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Serge Beynaud’s Accelerate LP is a danceable feast, showing how Cote D’Ivoire’s coupe-decale is one of those musics which can absorb almost anything, from pop-reggae to trap-style vocal exclamation. It’s potentially exhausting to take on in full, but the quality is consistent – put it on shuffle for a few tracks and ride Beynaud’s ebullience until you start to tire, then repeat next time you’re in the mood.

Lead single and first track “Akrakabo” is always a good place to start. Here the music that’s pulled into the whirl is some sweet West African guitar pop, which breaks through like a grin after two pummeling, bouncing minutes of rhythm. It’s a wonderful moment. If the pace of the rest feels crazed, check the video to see Beynaud and his formation dancers handle it with aplomb (plus the fakest sheikh this side of News International.)

6
Dec 17

My Pop Year: JANA RUSH – “??? ??”

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The titles of Jana Rush’s tracks on her Pariah LP have an enjoyable bluntness. “Beat Maze.” “Chill Mode”. “Frenetic Snare.” She’s been DJing and making records for over 20 years, since she was 15. This is her debut full-length. So I suspect there’s a healthy unwillingness to piss about, or to dress up her music with unnecessary atmospherics. As another of the tracks puts it, “No Fuks Given”. It is what it is.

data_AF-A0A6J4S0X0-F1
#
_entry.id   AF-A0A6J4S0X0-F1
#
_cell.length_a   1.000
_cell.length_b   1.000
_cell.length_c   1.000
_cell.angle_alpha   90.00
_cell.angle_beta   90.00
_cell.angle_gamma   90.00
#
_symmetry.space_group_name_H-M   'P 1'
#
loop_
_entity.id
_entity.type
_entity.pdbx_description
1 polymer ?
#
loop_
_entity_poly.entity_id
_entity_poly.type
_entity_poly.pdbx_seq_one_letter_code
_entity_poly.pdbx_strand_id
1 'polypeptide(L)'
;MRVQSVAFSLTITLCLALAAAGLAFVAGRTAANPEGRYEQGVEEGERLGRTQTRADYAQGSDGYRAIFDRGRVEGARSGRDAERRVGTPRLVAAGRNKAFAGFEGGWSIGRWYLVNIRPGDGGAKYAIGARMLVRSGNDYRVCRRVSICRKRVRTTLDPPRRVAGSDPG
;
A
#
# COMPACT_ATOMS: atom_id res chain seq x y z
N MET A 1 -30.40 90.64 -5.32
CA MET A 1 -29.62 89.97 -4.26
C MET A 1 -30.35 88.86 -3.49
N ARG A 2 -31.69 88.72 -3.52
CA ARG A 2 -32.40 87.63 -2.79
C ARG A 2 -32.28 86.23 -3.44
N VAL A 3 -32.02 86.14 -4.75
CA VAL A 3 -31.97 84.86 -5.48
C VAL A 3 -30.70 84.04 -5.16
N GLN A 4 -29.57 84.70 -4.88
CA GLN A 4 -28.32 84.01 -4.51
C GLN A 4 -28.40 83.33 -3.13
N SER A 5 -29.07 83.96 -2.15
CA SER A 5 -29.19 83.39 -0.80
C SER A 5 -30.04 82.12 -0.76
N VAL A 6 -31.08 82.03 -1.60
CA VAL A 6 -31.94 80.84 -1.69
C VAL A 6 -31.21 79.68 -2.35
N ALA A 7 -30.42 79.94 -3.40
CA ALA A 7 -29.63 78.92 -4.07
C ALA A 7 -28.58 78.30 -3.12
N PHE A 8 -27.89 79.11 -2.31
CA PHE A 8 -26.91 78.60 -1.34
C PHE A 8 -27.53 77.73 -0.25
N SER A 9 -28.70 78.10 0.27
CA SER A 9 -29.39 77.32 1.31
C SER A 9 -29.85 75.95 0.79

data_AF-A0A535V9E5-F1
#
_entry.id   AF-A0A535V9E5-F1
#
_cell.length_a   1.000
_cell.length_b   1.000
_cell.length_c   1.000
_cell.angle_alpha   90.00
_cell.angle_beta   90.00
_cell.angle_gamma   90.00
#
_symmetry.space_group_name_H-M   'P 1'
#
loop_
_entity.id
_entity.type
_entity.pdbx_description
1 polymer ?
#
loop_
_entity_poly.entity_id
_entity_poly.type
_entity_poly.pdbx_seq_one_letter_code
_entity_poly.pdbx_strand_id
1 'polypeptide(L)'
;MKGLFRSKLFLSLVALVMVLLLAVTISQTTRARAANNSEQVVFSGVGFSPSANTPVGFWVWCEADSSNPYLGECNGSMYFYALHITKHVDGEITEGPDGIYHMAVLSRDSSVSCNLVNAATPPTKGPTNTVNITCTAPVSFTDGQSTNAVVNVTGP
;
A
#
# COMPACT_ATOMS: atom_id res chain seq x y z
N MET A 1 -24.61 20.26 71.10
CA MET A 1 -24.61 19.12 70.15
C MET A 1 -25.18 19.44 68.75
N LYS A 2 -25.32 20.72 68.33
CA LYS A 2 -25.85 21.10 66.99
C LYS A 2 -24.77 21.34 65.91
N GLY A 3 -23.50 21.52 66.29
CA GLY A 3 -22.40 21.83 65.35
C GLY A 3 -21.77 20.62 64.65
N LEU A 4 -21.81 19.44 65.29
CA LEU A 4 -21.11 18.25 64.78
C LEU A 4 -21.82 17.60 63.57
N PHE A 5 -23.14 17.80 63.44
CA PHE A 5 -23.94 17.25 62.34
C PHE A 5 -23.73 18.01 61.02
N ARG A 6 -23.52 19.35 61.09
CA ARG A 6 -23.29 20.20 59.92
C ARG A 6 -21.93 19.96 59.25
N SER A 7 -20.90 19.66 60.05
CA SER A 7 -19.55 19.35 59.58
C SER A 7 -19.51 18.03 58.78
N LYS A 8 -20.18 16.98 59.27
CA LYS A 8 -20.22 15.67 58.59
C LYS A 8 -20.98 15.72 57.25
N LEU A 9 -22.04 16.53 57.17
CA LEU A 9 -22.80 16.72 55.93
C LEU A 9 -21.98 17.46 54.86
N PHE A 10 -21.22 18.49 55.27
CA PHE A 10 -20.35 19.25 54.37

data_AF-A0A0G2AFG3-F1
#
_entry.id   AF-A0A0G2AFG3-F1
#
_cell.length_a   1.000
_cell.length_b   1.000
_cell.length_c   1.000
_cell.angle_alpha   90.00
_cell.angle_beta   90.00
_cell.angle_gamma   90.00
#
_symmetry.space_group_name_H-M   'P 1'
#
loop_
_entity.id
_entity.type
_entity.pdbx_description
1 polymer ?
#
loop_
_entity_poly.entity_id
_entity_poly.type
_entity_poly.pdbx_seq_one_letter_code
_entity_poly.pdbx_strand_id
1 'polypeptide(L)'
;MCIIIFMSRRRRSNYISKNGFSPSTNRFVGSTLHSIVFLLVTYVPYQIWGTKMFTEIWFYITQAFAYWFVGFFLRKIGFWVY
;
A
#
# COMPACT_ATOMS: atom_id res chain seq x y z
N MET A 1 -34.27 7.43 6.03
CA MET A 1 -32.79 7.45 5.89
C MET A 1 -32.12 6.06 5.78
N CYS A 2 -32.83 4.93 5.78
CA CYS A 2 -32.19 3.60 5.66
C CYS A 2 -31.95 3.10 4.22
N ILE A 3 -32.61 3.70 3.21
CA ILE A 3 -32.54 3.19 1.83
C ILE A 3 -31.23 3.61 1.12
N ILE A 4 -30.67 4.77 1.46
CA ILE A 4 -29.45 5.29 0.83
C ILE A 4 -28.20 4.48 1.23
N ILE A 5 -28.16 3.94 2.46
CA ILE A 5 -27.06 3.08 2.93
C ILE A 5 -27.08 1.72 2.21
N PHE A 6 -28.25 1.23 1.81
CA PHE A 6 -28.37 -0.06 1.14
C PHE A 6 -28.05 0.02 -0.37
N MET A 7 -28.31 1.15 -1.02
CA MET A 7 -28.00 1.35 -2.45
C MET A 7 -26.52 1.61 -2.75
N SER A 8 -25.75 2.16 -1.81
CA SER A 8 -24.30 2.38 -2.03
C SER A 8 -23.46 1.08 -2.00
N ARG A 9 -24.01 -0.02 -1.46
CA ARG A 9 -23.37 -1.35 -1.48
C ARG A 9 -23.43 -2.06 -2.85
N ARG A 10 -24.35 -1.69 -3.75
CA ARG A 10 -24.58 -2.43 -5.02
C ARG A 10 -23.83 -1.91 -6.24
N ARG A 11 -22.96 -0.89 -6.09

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5
Dec 17

THE FREAKY TRIGGER ADVENT CALENDAR OF XMAS SANDWICHES – December 4: Tesco Finest Turkey Feast

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turkeyfeast For all that it’s still the most popular supermarket in Britain, Tesco seems a bit nonplussed at Christmas time. Its adverts have long been upstaged by the posh end of the market – and this year it got the unwelcome attention of racist idiots too – and nobody makes much fuss about its sandwiches compared to the PR juggernauts of Pret or even Greggs. The store does its bit over Christmas, sells everything you’d expect, and I suspect makes most of its money by being open later than anyone else on the 24th – by which time its sandwiches are the last thing on anyone’s mind.